Rep. Bill Johnson (R-Ohio), a member of the House Energy & Commerce Committee, says the president is "small and irrelevant" to the challenges facing the United States.
Monica Trauzzi: Congressman, the president tonight called for a change to the way we do politics. Are rational constructive debates on climate change possible?
Rep. Bill Johnson: Well, I don't know if rational debates on climate change because the president has a very different idea than I and most of the people that I represent and my colleagues do. It's interesting to me that after seven years of division and partisanship he now wants to call in his eighth year for political unity. I mean, I don't know that I've ever seen a president in my lifetime look more small and irrelevant in the face of such global challenges. No, he talks about a robust economy. We've got the lowest labor participation rate in our country in decades with almost a third of our citizens either out of work or no longer looking for a job. He talks about a more safe and secure world, and yet he struck a deal with a nuclear Iran that's moving closer and closer to a nuclear weapon and capturing some of our warriors just today. He talks about how we're more secure from terrorism when ISIS is on the move and they're growing throughout the world. He talks about a vibrant economy when the coal industry, many of whom I represent in eastern and southeastern Ohio, are on the ropes with tens of thousands worrying about whether they're going to keep their jobs.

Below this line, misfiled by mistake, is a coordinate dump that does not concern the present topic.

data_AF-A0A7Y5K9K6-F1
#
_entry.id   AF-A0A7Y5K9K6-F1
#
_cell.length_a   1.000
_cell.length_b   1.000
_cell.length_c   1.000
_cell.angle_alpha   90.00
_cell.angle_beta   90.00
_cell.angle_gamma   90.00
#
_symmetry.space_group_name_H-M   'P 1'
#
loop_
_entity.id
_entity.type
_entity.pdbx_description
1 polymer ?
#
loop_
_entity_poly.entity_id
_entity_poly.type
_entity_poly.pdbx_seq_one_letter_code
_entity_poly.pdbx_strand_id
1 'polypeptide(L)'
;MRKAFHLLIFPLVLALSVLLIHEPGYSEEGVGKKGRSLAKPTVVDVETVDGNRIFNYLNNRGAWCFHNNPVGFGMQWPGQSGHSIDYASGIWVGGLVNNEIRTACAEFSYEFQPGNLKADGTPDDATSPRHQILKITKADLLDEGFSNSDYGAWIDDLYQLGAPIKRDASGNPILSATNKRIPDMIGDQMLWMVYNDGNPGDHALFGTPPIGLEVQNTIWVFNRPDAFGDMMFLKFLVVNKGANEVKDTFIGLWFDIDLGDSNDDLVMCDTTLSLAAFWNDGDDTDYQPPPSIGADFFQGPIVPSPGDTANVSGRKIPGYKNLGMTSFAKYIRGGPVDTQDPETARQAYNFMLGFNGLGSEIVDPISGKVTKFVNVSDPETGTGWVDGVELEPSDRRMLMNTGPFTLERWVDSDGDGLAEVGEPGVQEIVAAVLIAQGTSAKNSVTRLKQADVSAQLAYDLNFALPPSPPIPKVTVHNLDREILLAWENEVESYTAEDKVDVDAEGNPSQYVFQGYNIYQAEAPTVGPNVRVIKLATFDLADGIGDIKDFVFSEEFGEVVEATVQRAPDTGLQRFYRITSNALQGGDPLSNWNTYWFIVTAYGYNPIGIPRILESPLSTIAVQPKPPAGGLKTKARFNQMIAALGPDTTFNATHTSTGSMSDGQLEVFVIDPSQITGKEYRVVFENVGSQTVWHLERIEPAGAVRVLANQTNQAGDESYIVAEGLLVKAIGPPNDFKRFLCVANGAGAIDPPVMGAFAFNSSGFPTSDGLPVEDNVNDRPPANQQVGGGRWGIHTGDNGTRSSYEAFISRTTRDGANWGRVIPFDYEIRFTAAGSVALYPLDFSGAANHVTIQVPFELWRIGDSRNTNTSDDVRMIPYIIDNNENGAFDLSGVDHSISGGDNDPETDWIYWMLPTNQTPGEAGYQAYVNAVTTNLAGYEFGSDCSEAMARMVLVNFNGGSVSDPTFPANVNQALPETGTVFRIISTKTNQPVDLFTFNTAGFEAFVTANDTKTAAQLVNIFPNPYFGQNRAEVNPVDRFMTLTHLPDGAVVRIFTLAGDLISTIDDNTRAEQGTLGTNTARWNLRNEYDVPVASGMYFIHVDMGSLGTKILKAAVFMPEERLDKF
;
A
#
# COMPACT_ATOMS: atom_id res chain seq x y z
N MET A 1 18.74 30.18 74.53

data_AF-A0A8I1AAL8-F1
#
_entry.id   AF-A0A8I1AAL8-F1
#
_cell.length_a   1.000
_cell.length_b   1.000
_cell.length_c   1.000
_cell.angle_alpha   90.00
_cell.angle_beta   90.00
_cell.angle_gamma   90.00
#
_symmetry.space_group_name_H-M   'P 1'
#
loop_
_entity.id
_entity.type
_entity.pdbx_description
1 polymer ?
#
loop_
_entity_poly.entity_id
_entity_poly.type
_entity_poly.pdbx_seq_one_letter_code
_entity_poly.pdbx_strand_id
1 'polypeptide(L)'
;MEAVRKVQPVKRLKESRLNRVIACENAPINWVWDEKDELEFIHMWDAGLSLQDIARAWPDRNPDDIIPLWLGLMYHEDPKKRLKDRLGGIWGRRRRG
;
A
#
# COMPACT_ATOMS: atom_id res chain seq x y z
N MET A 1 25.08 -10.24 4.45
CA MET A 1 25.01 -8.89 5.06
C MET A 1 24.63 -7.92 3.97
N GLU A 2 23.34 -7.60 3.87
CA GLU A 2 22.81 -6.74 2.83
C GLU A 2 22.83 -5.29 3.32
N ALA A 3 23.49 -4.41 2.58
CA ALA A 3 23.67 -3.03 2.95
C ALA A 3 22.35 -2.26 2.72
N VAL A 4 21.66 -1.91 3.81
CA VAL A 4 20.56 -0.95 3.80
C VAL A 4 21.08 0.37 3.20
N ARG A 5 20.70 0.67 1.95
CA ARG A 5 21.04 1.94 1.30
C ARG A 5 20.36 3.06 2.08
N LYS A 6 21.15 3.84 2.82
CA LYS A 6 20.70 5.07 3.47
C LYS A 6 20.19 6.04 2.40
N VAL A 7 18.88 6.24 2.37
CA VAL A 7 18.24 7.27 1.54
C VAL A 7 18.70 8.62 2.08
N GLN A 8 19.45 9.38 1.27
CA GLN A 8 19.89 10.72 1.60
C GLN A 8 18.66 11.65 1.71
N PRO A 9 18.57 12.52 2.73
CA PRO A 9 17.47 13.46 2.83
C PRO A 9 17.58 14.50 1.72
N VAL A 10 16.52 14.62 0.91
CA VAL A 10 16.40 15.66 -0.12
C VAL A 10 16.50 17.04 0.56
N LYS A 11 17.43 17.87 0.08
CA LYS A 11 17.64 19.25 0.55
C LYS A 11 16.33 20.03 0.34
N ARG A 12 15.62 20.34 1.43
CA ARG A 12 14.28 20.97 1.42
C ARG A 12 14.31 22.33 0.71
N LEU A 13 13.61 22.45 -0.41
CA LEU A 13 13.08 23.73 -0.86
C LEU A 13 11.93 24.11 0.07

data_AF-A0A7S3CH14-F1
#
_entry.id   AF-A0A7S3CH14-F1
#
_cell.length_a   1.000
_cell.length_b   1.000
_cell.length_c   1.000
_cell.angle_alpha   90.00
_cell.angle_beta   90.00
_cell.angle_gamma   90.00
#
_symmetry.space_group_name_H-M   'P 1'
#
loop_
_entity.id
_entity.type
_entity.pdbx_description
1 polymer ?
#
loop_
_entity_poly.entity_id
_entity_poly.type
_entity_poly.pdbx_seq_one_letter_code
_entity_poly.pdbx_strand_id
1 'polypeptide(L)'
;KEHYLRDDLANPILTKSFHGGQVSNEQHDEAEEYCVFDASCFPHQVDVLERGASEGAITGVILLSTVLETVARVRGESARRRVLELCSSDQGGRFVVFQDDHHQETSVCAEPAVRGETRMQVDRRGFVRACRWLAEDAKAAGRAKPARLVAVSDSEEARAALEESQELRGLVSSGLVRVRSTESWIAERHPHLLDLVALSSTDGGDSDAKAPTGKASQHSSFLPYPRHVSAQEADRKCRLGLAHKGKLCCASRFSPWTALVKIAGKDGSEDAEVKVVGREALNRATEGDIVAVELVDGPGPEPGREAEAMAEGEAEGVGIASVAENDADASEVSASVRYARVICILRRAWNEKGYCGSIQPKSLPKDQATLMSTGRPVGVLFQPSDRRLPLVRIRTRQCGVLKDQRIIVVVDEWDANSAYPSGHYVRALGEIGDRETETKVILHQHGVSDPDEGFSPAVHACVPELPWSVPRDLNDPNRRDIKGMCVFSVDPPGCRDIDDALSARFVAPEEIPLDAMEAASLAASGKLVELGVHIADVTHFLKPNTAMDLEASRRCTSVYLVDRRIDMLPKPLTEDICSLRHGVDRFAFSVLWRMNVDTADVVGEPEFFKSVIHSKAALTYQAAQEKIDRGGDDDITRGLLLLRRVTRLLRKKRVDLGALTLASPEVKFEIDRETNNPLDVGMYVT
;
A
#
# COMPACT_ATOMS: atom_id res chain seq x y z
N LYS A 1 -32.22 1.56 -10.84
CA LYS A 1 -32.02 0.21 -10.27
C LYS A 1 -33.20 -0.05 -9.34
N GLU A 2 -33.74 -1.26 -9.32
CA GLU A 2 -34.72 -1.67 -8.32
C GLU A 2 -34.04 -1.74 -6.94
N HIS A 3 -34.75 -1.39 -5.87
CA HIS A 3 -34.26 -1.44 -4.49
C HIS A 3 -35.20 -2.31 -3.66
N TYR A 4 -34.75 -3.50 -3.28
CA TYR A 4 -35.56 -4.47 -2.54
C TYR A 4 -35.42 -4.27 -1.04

Monica Trauzzi: But he highlighted the fact that the U.S. led the way to this what he called "ambitious agreement" on climate change with over 200 countries signing on, is that not significant?
Rep. Bill Johnson: Well, you know, I've been to Europe, and I've talked to some of those countries that their politicians are echoing what the president is saying about climate change. Do you know that those countries are returning to a higher mix of coal in their energy profile? Because their businesses and their ratepayers refuse to pay the exorbitant high prices for alternative fuels like wind and solar and biofuels and such? You have to go talk to the people in Europe and hear what the real people are saying, not what the president comes back and says they're saying.
Monica Trauzzi: One of the guests sitting next to the first lady this evening was Mark Davis who owns a business focused on bringing solar to low-income families. Under President Obama the cost of solar has gone down significantly. Could people like Mark Davis do what they do without all of the clean energy policies that the president has put into place?
Rep. Bill Johnson: How can we say that the cost of solar has come down? What is that relative to? Where did the cost of solar start? And how does the cost of solar compare to the low-cost affordable reliable energy that's provided by coal? Ohio gets about 60 percent of its energy from coal, tens of thousands of jobs that are supplied by the coal industry. It's the most affordable energy on the planet. It has provided the energy for America's innovative engine for generations. Solar provides energy when the sun shines. Here in our region the sun doesn't shine every day. In many parts of the world the sun doesn't shine every day. Maybe some day, and maybe it'll be Ohioans like the gentleman you're talking about that figures out how to store and harness the sun's energy so we can use it later, but they haven't done that yet. Same thing applies to wind. Wind produces energy when the wind blows, but you can't hold on to that energy and provide the baseline load that our energy grid demands. If we have another polar vortex like we did in 2013-14, you're going to have some real problems with the energy grid that we've got today.
Monica Trauzzi: All right, congressman, thank you for your time.
Rep. Bill Johnson: Thank you very much.
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